In a September 6 conference call with Foer and TNR executive editor Peter Scoblic, Beauchamp responded to their repeated requests for him to talk to them (and their invocation of his wife, telling Beauchamp that she said that “it’s the most important thing to her that you say you didn’t recant”) by saying:
...this is the last statement I’m giving any media outlet…my final statement is thus is spun out of control in a way that has distracted me from my job and more importantly distracted me from helping protect the people around me. The fellow soldiers around me who I do love and respect and that’s way more important to me and it requires an amount of dedication that I can’t give to it if I’m caught up in all this. So, I’m going to have to…and I know it’s going to hurt my wife [a TNR employee] and I regret that, but it’s something that I have to do because it’s my job, and I swore to do it. And it’s more important to protect the people around me than to…be involved in all of this.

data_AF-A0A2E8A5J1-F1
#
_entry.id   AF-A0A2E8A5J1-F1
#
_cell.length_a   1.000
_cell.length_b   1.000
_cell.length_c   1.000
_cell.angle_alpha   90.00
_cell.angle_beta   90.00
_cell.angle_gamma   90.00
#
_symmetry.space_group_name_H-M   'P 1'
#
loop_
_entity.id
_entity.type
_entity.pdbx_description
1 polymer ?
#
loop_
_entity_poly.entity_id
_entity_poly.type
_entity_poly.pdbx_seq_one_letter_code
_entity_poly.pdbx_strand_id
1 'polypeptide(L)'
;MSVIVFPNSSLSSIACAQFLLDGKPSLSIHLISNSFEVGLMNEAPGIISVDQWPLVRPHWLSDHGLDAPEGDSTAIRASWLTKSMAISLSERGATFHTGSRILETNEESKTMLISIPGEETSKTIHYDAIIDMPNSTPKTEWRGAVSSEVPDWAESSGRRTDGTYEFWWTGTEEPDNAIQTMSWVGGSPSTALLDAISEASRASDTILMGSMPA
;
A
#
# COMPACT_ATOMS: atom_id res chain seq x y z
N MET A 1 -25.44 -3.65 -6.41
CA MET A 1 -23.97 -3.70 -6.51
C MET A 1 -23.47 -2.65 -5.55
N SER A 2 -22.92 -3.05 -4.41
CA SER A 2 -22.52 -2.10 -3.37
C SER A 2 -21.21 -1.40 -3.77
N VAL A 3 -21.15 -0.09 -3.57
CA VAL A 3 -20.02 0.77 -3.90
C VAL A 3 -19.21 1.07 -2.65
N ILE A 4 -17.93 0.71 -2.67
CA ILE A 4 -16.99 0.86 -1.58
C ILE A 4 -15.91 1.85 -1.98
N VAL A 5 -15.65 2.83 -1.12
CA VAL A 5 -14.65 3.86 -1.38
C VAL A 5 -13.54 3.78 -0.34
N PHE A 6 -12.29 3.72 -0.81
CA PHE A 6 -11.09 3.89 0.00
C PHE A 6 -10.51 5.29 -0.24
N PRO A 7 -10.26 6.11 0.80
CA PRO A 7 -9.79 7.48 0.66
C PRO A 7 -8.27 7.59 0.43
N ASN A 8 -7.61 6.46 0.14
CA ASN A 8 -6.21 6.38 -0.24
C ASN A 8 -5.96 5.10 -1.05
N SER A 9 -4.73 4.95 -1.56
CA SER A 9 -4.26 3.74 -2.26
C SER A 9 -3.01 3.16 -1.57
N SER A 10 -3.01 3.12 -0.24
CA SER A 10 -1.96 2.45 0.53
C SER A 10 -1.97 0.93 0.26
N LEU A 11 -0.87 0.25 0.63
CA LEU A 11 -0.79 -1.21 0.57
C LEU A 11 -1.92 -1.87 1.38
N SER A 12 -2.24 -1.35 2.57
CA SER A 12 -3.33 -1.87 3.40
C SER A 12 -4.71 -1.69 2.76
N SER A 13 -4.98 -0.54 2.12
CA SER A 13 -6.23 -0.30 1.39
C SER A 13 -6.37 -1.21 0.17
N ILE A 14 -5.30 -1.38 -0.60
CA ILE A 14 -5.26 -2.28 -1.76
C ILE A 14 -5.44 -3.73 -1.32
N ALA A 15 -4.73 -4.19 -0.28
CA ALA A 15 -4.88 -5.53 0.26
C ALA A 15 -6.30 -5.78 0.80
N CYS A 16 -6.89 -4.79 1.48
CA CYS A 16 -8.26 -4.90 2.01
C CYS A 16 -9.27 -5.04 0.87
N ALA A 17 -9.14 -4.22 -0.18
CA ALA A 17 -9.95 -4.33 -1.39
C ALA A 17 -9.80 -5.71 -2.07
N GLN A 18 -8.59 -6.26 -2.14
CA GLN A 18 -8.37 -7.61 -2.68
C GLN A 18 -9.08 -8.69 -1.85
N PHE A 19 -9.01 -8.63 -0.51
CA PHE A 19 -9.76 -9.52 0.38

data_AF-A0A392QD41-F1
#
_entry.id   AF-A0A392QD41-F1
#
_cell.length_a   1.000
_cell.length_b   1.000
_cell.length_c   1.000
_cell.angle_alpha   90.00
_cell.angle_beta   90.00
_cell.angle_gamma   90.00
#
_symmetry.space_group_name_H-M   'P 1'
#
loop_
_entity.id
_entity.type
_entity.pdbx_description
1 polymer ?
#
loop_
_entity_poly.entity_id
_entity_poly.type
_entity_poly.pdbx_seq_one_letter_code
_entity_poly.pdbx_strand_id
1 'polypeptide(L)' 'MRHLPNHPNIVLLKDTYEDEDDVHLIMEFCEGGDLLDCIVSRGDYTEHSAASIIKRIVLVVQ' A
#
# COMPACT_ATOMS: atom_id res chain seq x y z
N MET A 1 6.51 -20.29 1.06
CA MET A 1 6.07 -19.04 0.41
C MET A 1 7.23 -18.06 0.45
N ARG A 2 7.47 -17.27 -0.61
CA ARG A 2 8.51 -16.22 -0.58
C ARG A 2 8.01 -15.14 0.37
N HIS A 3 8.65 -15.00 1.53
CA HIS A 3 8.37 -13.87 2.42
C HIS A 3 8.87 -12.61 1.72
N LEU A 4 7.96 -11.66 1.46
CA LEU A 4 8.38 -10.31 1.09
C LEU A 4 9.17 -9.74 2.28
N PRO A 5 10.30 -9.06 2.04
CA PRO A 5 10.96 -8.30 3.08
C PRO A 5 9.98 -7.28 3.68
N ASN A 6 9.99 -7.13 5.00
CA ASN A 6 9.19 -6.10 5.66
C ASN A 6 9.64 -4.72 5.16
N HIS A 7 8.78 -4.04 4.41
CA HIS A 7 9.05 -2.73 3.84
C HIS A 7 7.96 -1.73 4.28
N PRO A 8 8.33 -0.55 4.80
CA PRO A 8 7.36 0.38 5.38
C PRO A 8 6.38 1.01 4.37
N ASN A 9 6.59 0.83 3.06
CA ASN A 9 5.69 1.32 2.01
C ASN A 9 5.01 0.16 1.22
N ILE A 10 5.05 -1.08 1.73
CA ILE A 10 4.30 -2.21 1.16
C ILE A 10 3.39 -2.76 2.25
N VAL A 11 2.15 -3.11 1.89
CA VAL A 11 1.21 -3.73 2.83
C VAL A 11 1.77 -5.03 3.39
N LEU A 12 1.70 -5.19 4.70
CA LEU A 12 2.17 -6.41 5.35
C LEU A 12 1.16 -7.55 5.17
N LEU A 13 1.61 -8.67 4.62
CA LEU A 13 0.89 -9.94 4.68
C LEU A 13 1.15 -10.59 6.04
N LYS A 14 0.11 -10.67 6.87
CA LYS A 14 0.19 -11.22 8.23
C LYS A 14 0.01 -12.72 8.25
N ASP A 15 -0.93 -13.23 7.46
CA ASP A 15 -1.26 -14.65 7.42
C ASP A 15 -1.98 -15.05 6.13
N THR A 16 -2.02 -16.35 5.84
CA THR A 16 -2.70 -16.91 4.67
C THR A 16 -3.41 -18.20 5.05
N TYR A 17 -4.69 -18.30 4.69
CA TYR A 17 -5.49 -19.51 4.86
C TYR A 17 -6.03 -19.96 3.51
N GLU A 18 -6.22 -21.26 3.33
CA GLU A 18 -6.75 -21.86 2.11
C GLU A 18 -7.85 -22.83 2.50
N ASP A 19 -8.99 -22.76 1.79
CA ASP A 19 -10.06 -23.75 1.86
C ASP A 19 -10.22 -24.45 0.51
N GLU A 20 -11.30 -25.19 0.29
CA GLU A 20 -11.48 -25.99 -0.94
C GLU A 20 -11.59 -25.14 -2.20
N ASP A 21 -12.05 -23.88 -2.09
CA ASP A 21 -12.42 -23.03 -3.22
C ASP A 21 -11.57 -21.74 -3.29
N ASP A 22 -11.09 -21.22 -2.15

If Beauchamp sincerely wants to do as he said, and to move beyond this for the purpose of getting on with his life and of focusing his concentration on the job that he has to do as a soldier currently at war, then he should be given that opportunity. The spotlight that has been shone on him since Michael Goldfarb at The Weekly Standard first pointed out the obvious errors in the stories that TNR had pushed as being “fact” should be removed, and he should be permitted to slip back into the anonymity that is afforded all who are quietly putting their lives on the line on freedom’s frontier in the Middle East. This is not to say that TNR should be given a reprieve in any way; on the contrary, nearly every bit of criticism that has been sent their way since this scandal erupted has been deserved, and the editors of that enduring publication should not be afforded anywhere near the forgiveness or the benefit of the doubt that the Baghdad Diaries’ author is entitled to. Their years of experience and the reputation of their magazine preclude their being simply let off the hook. Beauchamp, though, as a young man who is, by all accounts, honorably and capably serving his country even now, should see his public demonization end, and should be allowed to get back to his own life.